• Paula M. Rayman


This woman, an early supermom, gives us a vivid picture of a life where work provides not only a livelihood but also self-respect. She reaps strength and honor from her paid and unpaid labors: We see her skillfully working with her hands; we see her diligence and commitment to feeding her household; we see her intelligence at work and in the market place and we see her reaching out to those who are in need. She has composed a life that gives her inner strength and validation by others. It is a work life that most of us seek to replicate, work that offers us dignity resting on internal respect for ourselves and the respect drawn from others. And like the Woman of Valor, we could all use more sleep and recreation time!


Bottom Line Underground Economy Unpaid Labor Vivid Picture Pension Saving 
These keywords were added by machine and not by the authors. This process is experimental and the keywords may be updated as the learning algorithm improves.


Unable to display preview. Download preview PDF.

Unable to display preview. Download preview PDF.


  1. 1.
    Adam Smith, An Inquiry into the Nature and Causes of the Wealth of Nations (New York: Modern Library, 1937), 734.Google Scholar
  2. 2.
    Peter Drucker, Concept of the Corporation (New York: New American Library, 1983), 152.Google Scholar
  3. 3.
    Sara Lawrence-Lightfoot, Respect: An Exploration (Reading, Mass.: Perseus Books, 1999), 9.Google Scholar
  4. 4.
    Martin Buber, I and Thou (New York: Touchstone, 1996).Google Scholar
  5. 5.
    Judith Jordan, “A Relational Perspective on Self-Esteem” (Wellesley: Center for Research on Women at Wellesley College, 1994).Google Scholar
  6. 6.
    Jean Baker Miller and Irene Pierce Stiver, The Healing Connection: How Women Form Relationships in Therapy and in Life (Boston: Beacon Press, 1997), 46.Google Scholar
  7. 7.
    Mihaly Csikszentmihalyi, Finding Flow: The Psychology of Engagement with Everyday Life (New York: Basic Books, 1997), 58.Google Scholar
  8. 8.
    Nancy C. Morse and Robert S. Weiss, “The Function and Memory of Work and the Job,” American Sociological Review 20, no. 2 (1955).Google Scholar
  9. 9.
    Jonathan Cobb and Richard Sennett, The Hidden Injuries of Class (New York: Norton, 1993), 92.Google Scholar
  10. 10.
    Phillipe Bourgois, In Search of Respect: Selling Crack in El Barrio (New York: Cambridge University Press, 1995), 143–44.Google Scholar
  11. 11.
  12. 12.
    Suzanne Gordon, Life Support: Three Nurses on the front Lines (Boston: Little Brown and Company, 1997), 45.Google Scholar
  13. 14.
    Ann Barnard and Katherine Tong, “The Doctor is Out,” Boston Globe, 9 July 2000, sec. A, p. 18.Google Scholar
  14. 15.
    Cynthia Fuchs Epstein, et al., The Part-Time Paradox: Time Norms, Professional Lives, Family, and Gender (New York: Routeledge, 1999), 84.Google Scholar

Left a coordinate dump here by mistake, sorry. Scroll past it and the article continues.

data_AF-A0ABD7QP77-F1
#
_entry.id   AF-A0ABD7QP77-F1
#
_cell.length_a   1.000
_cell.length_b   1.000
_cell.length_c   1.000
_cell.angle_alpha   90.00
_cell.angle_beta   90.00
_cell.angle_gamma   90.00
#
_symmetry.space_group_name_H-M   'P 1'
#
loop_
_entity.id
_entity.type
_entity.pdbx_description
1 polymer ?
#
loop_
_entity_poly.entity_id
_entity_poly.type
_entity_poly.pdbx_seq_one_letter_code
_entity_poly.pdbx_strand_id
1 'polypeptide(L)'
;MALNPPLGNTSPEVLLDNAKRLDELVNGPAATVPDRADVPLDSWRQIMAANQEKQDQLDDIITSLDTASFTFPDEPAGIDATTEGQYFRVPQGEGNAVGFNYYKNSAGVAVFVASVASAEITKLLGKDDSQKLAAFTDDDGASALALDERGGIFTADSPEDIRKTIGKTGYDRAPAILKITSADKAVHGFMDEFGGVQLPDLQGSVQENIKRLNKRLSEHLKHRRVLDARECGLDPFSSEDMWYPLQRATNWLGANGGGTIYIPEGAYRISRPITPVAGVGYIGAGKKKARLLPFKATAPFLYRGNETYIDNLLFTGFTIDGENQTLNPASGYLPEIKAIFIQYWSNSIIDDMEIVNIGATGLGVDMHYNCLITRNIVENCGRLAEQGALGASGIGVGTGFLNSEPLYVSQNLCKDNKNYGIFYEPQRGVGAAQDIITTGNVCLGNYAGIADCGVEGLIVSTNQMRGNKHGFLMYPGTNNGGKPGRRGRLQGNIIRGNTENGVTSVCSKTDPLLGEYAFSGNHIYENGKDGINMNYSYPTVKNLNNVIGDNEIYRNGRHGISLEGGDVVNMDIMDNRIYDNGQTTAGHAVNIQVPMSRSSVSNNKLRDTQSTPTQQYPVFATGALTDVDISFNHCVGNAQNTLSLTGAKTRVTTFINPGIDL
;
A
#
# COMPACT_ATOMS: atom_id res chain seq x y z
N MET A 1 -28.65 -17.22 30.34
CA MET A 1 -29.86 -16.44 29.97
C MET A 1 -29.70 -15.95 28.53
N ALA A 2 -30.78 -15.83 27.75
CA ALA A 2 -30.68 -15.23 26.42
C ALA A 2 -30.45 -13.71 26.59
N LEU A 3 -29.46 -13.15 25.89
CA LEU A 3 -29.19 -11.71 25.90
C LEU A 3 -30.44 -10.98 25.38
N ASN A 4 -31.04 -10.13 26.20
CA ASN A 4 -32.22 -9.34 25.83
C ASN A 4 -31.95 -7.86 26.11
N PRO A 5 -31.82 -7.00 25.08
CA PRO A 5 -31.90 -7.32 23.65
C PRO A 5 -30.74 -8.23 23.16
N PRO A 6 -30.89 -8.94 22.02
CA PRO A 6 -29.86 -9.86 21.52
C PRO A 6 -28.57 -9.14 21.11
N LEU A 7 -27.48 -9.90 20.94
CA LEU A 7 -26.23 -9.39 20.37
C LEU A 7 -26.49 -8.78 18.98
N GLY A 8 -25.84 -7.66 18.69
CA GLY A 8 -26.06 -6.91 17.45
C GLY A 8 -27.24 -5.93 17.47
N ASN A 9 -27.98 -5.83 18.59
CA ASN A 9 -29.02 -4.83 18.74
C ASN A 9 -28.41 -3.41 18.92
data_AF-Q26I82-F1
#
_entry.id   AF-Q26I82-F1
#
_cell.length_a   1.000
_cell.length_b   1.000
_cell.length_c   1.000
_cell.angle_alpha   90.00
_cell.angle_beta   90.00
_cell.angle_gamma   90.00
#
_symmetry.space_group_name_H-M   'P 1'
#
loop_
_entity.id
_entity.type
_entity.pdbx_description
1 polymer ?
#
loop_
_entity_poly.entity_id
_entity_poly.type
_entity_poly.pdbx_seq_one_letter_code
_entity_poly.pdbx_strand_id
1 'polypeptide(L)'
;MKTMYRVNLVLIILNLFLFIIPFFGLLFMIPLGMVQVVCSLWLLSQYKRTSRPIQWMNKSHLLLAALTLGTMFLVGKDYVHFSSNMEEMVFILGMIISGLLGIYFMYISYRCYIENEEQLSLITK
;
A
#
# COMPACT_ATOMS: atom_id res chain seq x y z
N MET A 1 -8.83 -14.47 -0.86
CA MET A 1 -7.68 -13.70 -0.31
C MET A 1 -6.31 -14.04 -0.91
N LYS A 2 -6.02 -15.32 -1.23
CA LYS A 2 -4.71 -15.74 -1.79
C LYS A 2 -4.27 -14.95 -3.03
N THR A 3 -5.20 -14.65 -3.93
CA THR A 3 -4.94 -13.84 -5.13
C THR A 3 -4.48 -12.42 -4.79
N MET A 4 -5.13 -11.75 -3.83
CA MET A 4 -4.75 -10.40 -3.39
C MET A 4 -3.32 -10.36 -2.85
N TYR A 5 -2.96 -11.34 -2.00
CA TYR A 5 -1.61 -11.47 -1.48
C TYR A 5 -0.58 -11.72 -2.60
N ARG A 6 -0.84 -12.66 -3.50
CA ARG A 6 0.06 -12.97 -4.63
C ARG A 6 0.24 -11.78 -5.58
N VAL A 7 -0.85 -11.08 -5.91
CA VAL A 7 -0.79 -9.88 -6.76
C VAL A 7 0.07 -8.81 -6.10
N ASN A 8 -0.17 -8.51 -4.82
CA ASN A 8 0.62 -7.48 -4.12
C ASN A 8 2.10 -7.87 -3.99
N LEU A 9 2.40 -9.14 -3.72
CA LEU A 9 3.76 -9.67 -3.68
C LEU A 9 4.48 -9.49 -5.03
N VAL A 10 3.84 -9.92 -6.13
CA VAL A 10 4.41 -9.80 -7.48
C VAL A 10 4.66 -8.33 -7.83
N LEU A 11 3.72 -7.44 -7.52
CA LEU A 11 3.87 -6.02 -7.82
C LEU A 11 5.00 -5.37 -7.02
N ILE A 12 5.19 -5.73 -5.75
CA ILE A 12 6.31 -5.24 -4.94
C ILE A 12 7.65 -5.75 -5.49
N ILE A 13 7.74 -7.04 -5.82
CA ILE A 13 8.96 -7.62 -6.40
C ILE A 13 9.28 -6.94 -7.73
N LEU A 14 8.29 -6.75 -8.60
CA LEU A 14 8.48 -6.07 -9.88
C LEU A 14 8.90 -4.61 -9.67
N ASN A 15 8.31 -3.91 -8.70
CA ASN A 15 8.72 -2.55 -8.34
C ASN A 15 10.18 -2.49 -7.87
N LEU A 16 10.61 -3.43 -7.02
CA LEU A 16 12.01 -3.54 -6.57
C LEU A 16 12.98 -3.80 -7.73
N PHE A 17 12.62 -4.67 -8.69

15. 16.
    Ibid., 85.Google Scholar
  16. 17.
    Jonathan Cobb and Richard Sennett, op. cit., 83.Google Scholar
  17. 18.
    Paula Rayman and Barry Bluestone, Out of Work: The Consequences of Unemployment in the Hartford Aircraft Industry (Washington, D.C.: National Institute of Mental Health, 1981).Google Scholar
  18. 19.
    Robert Merton. Social Theory and Social Structure (New York: Free Press, 1968).Google Scholar
  19. 20.
    Among the best studies on this subject are Robert Angell, The Family Encounters the Depression (New York: Charles Scribner’s Sons, 1936); Mirra Komarovsky, The Unemployed Man and His Family (New York: Octagon Books, 1971); Ramsay Liem, “The Psychological Costs of Unemployment: A Comparison of Findings and Definitions,” Social Research 54, no. 2 (1987); and Harry Maurer, Not Working: An Oral History of the Unemployed (New York: Holt, Rinehart, & Winston, 1979).Google Scholar
  20. 21.
    Marie Jahoda, et al., Marienthal: The Sociography of an Unemployed Community (Chicago: Atherton, 1971).Google Scholar
  21. 23.
    Katherine Newman, Falling From Grace: Downward Mobility in the Age of Affluence (Berkeley: University of California Press, 1999).Google Scholar
  22. 24.
    William Julius Wilson, When Work Disappears: The World of the New Urban Poor (New York: Knopf, 1996), 160.Google Scholar
  23. 26.
    Deborah Stone, “The Meaning and Value of Caring Work” (Cambridge: Radcliffe Public Policy Center, 1999).Google Scholar
  24. 27.
    Paula Rayman, “Women and Employment,” Social Research 54, no. 2 (1987).Google Scholar

Copyright information

© Paula M. Rayman 2001

Authors and Affiliations

  • Paula M. Rayman

There are no affiliations available

Personalised recommendations